FANG stocks lose some of their bite amid sell-off in technology sector
It’s become a lot less easy to make money in tech stocks.
A confluence of negative news has rocked the shares of the nation’s leading technology companies in recent days, though many of them bounced back Thursday. Developments at companies from such as Amazon and Tesla have prompted investors to take a hard, fresh look at the firms’ growth prospects and the stocks’ lofty prices.
Facebook Inc. was hit with a data-privacy scandal. Amazon.com Inc. came under attack again by President Trump over its sales taxes and U.S. Postal Service contract. Concern mounted about Tesla Inc.’s cash needs. The self-driving vehicle industry was roiled by a pedestrian fatality in Arizona caused by an autonomous Uber car.
Because the tech giants’ stocks — and the stocks’ enormous price gains in the last two years — have attracted an increasingly larger following, their abrupt declines helped bring down the overall stock market in March.
For instance, the NYSE FANG+ index plunged nearly 8% this week before finishing nearly unchanged Thursday. The index tracks the so-called FANG stocks — Facebook, Amazon, Netflix Inc. and Google parent Alphabet Inc. — and six others, including Tesla and Twitter Inc.
The broader, tech-heavy Nasdaq composite index, which soared 28% last year and gained an additional 5.4% in the first two months of this year, fell 2.9% in March, its worst monthly showing since January 2016.
“The gains were easy the last few years” with the big tech shares, said Jason Ware, chief investment officer at Albion Financial Group. “Investors haven’t been challenged much with these stocks. Now, there’s been news that questions their assumptions.
“Investors are now saying, ‘Maybe the stock isn’t worth as much as we thought,’“ he said.
But as Wall Street heads into a three-day break — the market is closed for Good Friday — the question is whether investors used the bad news simply to take some of their big profits or whether the developments point to trends that could curb the companies’ longer-term business prospects, thus making current stock prices overvalued.
Consider: Even after the tech sector’s dreary week, Amazon’s stock is still up 66% over the last 12 months, compared with a 12% gain in the benchmark Standard & Poor’s 500 index. Netflix has doubled in price and Twitter has surged 93% in the period.
The gains mainly reflect investors’ expectations that the firms enjoy dominance in their various spheres and will continue their heady growth in the years to come.
With gains like those, the negative news gave many investors an apt reason to cash out. And some of those investors were momentum players with little interest in the long-term business outlooks for the companies, Ware said.
“These folks are not fundamentally rooted in their analysis,” Ware said. “They’re just renting the stock when there’s momentum. And when that momentum starts to turn, these folks will flee and take their profits.”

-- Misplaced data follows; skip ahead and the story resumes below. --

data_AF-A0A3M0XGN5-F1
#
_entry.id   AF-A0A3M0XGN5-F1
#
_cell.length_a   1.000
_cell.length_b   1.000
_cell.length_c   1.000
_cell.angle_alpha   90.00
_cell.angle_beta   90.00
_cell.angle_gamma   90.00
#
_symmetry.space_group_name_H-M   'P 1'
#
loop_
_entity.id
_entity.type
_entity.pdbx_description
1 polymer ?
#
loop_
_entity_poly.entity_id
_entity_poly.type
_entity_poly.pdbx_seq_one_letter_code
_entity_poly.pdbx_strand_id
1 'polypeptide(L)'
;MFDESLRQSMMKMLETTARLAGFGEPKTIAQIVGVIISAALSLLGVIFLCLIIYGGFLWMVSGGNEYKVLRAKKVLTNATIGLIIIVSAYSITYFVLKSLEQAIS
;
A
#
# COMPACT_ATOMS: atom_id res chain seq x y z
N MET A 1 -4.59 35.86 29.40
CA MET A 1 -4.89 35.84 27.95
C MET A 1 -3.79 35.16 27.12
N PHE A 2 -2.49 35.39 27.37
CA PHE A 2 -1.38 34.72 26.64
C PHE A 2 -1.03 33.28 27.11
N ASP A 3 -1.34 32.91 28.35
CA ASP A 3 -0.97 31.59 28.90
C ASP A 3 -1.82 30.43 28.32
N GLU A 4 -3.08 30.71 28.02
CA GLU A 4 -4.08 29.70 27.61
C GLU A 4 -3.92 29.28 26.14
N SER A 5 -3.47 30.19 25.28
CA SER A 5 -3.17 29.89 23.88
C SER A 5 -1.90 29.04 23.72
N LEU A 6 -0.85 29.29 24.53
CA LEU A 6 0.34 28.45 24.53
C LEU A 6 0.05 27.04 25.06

For those investors looking at the tech giants for the long term, “one of the questions we’re getting is whether the recent declines in these stocks is indicative of something more sinister in the market,” said Adam Phillips, director of portfolio strategy at EP Wealth Advisors in Torrance.
“We don’t subscribe to that” thinking and, in fact, see the stocks’ recent pullback as “making them more attractive,” Phillips said.
One example for Phillips is Amazon. A good many traders seemed to agree Thursday, as Amazon recovered from early losses — and a 4.4% drop the prior day — and finished with a gain of 1%.
Facebook jumped 4.4% on Thursday but was still down 17% from Feb. 1. Netflix and Alphabet both rose 3%. Apple Inc., which is one of the 30 stocks in the Dow Jones industrial average, rose nearly 1%.
“A lot of [the selling] was profit-taking but also an acknowledgment that these stocks, which have trended higher for quite some time, have come under a different scrutiny and are getting the wrong kind of attention,” Phillips said.
Facebook provides a good example of the challenge longer-term investors now face.
Owing to the scandal involving Cambridge Analytica, which gathered data from about 50 million Facebook users without their permission, Facebook is being investigated by the Federal Trade Commission and could be the focus of regulatory reform by Congress.
One argument for investors is that “the Cambridge fiasco represents a seminal negative moment that will change the future business model and growth trajectory of Facebook,” Daniel Ives, head of technology research at GBH Insights, said in a recent note to clients.
But Ives said “we ultimately believe Facebook will emerge from this crisis with minimal regulatory changes and limited financial damage to its user base and advertising kingdom,” even if this represents “the darkest chapter for Facebook and [CEO Mark] Zuckerberg in its 14-year history.”
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